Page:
Tuesday, April 19, 2005

The Trials of Democracy

Ten years ago today, the Murrah Federal Building was destroyed in a crime of violence and insanity. At the time, it sent the Federal government in the direction of domestic terrorism, but there were lessons which might have been learned in dealing with international terrorists as well. Unfortunately, the Clinton Administration, especially as commanded by Attorney General Janet Reno, was much on show and very, very weak on results; to this day, there is reasonable concern about whether all of the conspirators and participants in the Oklahoma City Bombing have been brought to justice, or whether the attack was handled with so much politicization, that other groups saw opportunity instead of deterrence.

To be sure, the FBI undertook heavy lifting to weed out the most dangerous of domestic groups, working as much on prevention and cooperation with local law enforcement, as they did in pursuing known groups of violence. Under Director Freeh, the FBI greatly reduced threats from a number of fanatical groups, like the Bandidos motorcycle gang, the Montana Militia, and Ervil Lebaron’s deranged Mormon splinter sect. However, Reno’s desire for political capital wasted some of the gains by closing out cases before they were fully resolved, allowing some groups to escape capture, and others to learn the methods and priorities of the Clinton Administration. One significant lesson, was that resources were pulled from Foreign Terrorism offices to accommodate Domestic Terrorism programs, rather than maintaining both.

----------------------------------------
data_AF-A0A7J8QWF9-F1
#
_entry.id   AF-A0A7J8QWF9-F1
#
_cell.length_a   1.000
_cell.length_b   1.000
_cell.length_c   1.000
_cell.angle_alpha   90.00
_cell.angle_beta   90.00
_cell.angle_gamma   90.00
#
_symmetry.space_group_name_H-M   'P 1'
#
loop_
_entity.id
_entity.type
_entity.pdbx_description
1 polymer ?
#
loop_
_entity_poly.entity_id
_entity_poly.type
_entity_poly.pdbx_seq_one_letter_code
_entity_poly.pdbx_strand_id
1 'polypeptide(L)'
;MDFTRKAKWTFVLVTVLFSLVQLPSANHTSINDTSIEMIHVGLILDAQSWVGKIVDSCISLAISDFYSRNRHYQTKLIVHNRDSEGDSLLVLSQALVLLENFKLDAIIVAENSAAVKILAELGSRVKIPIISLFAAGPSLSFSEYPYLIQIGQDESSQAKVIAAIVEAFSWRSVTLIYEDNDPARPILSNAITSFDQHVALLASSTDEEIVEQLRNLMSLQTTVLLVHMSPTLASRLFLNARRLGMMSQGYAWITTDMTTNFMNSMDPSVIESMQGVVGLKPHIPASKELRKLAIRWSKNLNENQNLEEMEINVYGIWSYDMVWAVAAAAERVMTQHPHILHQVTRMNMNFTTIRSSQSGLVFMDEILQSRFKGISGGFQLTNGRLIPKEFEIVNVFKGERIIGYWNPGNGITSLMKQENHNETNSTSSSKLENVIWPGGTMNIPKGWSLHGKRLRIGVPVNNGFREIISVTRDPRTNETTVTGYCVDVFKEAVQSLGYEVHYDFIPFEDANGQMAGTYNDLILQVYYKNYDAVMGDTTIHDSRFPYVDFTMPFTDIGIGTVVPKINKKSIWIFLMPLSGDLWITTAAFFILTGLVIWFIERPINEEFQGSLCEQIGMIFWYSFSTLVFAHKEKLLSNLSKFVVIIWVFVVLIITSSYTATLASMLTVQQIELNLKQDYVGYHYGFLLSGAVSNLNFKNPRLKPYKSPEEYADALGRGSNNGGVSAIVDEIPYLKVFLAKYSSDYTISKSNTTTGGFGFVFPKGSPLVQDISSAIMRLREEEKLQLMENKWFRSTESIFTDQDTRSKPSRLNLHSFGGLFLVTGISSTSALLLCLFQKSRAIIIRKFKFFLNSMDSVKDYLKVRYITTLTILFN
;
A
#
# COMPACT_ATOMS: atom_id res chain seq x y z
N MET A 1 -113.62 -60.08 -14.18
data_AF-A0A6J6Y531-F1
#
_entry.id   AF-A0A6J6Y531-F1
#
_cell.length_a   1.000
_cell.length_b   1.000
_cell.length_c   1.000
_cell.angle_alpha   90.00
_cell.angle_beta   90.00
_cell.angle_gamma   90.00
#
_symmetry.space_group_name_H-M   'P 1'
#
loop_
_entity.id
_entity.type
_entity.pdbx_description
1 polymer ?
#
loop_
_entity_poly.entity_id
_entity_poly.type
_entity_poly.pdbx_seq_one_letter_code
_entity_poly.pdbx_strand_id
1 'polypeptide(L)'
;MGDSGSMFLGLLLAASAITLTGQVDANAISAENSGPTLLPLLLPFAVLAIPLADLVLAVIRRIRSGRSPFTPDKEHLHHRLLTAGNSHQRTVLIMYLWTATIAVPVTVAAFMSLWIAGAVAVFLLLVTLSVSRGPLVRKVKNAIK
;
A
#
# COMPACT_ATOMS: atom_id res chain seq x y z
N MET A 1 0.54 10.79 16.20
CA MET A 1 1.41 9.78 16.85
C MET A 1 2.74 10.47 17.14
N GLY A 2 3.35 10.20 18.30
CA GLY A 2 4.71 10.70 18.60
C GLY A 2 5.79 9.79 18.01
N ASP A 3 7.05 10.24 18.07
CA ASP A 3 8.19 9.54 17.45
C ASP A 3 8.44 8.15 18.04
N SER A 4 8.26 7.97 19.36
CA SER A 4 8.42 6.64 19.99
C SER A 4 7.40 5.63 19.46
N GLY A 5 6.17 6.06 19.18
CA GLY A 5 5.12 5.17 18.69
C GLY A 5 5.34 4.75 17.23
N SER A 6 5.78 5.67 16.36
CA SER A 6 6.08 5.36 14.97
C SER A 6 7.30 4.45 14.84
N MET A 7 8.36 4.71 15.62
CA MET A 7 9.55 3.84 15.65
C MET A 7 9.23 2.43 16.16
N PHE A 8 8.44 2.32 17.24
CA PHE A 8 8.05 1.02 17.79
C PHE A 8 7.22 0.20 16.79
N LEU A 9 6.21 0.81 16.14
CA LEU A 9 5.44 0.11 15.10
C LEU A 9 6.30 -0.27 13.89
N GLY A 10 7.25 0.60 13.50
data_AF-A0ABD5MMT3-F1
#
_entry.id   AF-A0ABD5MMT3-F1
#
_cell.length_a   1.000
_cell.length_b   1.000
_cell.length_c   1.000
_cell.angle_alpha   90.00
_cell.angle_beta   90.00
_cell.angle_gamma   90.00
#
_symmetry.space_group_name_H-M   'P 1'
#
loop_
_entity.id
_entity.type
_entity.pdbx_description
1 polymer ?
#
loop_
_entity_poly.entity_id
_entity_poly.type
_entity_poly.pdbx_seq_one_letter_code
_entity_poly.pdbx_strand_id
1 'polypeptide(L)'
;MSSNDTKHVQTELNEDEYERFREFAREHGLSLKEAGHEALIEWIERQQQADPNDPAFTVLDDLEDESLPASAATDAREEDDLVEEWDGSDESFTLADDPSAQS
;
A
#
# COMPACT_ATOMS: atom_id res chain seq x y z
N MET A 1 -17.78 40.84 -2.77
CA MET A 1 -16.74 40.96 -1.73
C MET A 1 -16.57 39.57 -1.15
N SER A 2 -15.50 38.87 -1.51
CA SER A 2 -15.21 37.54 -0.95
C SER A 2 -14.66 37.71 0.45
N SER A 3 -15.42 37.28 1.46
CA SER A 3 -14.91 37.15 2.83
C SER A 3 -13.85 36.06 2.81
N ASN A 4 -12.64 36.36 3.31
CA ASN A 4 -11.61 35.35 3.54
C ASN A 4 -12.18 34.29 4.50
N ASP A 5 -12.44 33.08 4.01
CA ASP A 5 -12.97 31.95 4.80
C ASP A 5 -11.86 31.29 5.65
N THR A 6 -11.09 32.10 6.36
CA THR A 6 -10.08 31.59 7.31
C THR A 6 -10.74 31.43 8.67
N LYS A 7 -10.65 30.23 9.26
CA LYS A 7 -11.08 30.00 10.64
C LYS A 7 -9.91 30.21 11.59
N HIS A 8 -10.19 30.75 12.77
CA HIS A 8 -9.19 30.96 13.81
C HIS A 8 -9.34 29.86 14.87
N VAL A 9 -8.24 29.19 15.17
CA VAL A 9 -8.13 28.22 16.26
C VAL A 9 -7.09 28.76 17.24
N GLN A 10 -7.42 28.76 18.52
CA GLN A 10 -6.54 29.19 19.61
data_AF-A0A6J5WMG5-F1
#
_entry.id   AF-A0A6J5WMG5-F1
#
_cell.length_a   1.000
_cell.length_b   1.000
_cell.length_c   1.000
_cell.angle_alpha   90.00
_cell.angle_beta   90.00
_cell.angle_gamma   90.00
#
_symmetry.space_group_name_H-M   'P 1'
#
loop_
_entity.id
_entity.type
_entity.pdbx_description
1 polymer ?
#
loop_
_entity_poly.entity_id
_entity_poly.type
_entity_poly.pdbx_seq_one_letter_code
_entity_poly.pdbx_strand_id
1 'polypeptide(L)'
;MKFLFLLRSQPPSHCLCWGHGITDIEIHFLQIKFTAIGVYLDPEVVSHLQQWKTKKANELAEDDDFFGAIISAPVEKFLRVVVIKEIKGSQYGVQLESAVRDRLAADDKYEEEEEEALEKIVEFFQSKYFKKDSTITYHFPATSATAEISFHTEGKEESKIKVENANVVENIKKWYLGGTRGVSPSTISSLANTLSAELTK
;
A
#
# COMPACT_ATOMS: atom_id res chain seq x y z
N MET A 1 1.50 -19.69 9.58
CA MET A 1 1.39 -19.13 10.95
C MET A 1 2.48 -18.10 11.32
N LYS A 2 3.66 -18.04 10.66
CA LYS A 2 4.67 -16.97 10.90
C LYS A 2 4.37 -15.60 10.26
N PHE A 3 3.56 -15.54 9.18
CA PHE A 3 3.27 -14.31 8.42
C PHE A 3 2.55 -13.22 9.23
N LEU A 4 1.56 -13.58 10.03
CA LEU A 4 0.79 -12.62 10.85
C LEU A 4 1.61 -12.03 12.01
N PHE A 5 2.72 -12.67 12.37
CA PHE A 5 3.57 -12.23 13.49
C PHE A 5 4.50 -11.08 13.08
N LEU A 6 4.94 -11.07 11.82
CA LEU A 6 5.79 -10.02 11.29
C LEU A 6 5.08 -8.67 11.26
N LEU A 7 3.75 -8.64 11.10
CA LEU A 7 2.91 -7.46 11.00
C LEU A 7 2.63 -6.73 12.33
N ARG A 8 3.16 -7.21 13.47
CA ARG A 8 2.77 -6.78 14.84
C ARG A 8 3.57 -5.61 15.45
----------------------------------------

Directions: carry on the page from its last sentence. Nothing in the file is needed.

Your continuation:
There will be future domestic terrorists. The free nature of our society, matched with the diversity of opinion and the political correctness which demands threats only be addressed under ‘acceptable’ oversight, makes this inevitable. But we are by no means prohibited against learning from the past.

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